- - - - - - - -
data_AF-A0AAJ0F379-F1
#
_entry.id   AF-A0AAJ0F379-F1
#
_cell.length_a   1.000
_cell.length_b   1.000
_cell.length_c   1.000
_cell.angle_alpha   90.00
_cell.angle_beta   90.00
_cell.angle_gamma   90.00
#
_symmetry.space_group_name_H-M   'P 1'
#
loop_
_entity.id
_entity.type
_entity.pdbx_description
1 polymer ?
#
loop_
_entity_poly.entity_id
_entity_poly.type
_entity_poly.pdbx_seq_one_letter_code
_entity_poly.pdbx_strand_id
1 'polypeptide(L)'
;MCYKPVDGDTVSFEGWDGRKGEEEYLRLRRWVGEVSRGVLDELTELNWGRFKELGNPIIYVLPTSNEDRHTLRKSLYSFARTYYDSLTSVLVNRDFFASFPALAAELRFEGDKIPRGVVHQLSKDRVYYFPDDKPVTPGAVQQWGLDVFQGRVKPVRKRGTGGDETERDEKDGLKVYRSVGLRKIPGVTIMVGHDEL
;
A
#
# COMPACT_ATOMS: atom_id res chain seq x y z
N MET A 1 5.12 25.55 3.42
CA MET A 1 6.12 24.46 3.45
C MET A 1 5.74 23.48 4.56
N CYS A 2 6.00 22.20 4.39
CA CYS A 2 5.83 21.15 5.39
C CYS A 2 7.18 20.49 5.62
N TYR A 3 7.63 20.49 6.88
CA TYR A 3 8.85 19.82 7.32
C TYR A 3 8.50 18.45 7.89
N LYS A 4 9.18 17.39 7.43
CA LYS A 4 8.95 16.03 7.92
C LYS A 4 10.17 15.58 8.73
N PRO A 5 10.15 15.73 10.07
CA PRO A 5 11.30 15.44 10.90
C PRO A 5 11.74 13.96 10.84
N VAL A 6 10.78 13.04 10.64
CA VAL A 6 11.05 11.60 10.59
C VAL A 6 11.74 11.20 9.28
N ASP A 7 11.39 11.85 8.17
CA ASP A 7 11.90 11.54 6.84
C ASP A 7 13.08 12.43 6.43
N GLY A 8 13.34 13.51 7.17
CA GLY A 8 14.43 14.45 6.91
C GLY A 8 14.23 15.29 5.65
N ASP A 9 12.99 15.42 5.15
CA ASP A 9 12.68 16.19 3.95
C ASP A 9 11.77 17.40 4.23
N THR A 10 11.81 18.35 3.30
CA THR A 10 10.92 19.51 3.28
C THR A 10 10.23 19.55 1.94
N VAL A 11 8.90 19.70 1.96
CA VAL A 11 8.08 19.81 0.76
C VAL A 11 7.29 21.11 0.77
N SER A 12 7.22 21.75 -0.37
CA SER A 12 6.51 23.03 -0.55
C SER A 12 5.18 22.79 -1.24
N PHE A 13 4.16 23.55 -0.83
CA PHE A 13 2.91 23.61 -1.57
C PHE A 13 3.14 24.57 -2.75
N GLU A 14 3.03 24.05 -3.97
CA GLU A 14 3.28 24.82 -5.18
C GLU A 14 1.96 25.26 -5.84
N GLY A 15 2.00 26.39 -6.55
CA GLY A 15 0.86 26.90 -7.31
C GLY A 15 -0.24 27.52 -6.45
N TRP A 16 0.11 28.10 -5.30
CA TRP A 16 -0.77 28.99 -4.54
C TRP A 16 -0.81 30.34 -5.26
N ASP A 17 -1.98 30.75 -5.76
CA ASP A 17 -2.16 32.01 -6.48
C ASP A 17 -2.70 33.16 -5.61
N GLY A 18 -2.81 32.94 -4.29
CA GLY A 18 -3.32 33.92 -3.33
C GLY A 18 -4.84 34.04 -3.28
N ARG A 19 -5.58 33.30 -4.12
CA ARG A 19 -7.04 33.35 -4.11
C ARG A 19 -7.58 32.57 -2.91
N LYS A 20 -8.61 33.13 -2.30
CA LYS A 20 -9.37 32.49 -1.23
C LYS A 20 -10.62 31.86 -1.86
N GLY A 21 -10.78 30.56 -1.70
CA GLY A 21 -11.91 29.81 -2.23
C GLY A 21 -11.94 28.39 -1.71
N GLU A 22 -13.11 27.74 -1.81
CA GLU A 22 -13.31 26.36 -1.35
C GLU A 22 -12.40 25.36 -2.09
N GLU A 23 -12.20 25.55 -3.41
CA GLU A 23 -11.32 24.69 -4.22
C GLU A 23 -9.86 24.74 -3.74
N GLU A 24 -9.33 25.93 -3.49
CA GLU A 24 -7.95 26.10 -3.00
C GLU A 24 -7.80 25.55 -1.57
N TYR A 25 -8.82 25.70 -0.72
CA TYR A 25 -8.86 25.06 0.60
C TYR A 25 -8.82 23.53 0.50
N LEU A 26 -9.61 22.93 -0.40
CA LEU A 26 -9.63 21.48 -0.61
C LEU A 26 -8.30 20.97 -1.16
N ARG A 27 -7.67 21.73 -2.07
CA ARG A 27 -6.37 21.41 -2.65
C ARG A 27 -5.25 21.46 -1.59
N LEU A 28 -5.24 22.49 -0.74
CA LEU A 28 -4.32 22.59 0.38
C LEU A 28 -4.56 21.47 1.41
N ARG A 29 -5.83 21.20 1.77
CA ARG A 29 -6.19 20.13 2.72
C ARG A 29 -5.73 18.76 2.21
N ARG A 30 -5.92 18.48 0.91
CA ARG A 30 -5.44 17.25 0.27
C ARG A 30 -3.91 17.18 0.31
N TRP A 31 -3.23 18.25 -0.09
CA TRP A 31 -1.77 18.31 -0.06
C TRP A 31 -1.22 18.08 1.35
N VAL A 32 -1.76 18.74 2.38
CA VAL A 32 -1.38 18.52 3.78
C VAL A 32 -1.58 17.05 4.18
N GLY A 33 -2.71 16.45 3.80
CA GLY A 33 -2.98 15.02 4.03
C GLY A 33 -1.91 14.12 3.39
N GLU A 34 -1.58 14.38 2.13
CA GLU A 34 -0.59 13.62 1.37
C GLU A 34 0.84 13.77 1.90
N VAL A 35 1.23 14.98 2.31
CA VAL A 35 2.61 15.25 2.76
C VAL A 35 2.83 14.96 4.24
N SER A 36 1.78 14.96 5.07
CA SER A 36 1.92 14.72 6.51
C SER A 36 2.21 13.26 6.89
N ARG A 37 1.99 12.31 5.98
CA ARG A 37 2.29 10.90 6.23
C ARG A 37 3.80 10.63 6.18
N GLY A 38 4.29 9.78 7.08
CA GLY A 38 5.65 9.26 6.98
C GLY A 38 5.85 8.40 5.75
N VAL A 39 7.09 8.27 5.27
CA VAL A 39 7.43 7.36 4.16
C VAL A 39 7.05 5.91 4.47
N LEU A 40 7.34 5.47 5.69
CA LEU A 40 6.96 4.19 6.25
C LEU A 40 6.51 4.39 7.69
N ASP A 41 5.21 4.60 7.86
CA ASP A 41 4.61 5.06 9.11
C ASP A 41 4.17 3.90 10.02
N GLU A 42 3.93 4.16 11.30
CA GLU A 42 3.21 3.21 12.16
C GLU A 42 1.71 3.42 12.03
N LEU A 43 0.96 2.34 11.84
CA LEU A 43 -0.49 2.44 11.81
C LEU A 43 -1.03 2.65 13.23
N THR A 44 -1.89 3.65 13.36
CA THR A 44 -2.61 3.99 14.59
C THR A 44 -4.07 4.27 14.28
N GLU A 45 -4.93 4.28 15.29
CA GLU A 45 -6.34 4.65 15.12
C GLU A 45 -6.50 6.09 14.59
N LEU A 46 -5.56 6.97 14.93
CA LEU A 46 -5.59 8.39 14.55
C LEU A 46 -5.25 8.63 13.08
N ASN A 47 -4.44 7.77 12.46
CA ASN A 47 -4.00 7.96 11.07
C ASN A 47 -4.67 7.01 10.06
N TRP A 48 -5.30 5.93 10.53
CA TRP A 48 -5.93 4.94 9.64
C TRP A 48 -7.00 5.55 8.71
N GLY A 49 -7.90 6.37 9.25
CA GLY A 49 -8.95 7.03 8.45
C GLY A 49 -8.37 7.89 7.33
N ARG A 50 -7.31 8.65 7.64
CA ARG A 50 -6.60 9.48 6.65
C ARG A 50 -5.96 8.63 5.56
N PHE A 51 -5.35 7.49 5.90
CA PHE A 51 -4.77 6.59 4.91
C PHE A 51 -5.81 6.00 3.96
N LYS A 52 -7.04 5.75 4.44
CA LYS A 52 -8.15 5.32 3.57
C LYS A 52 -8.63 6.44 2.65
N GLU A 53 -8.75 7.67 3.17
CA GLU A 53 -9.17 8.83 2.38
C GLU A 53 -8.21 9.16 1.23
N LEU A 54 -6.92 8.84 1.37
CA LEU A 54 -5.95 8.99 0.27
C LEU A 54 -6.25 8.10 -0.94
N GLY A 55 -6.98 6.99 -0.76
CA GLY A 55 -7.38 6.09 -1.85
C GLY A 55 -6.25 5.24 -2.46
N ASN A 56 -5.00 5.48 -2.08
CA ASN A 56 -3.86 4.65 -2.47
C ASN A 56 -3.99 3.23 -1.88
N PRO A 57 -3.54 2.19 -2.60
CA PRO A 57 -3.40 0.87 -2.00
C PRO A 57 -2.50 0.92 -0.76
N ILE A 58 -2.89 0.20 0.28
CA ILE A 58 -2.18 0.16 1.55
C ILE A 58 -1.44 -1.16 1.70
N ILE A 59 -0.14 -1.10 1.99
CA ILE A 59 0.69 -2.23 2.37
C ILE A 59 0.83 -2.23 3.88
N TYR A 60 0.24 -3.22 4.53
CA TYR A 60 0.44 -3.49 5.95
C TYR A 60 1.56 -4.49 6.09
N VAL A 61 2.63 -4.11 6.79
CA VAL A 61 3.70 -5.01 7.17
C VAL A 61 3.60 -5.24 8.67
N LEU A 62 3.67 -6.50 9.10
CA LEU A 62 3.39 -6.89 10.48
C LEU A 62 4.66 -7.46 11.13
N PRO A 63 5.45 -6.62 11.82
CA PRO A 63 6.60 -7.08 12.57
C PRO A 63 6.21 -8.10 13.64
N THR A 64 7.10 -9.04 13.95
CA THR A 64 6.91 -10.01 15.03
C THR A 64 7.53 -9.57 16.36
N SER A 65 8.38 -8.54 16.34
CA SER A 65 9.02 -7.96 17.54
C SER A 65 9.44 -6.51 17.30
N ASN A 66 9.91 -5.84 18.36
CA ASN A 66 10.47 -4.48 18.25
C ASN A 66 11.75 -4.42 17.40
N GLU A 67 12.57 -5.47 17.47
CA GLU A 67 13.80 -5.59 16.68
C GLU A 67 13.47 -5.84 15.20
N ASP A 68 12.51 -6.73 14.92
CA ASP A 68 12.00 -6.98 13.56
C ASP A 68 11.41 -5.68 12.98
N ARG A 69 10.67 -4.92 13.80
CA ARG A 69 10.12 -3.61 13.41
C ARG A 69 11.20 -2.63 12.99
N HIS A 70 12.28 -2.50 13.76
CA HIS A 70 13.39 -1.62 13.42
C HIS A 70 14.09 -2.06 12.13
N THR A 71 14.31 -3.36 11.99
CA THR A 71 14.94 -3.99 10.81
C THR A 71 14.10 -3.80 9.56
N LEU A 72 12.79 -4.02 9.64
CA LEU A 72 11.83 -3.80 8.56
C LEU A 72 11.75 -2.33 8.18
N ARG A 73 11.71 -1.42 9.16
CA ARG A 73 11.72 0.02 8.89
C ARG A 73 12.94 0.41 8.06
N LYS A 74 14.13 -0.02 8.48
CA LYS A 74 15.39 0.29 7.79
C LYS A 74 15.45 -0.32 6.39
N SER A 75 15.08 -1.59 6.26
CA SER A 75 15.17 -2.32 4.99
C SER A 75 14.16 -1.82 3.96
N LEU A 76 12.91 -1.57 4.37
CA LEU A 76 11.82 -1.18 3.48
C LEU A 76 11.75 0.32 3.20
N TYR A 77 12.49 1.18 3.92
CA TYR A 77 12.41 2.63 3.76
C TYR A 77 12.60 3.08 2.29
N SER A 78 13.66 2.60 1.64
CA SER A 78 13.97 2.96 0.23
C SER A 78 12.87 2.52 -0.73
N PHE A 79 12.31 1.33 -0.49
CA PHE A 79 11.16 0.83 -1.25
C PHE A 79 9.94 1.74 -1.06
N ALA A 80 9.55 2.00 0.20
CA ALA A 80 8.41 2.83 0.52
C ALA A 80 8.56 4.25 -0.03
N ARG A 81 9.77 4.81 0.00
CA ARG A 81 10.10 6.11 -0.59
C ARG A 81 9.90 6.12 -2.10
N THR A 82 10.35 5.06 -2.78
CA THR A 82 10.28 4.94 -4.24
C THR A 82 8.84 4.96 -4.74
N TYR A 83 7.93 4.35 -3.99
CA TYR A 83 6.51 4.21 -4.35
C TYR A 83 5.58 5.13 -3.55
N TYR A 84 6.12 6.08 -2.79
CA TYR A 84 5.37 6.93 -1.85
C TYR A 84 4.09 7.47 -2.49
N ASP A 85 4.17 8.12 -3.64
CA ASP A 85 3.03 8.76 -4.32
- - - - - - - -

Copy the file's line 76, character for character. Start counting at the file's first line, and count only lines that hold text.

N TRP A 16 0.11 28.10 -5.30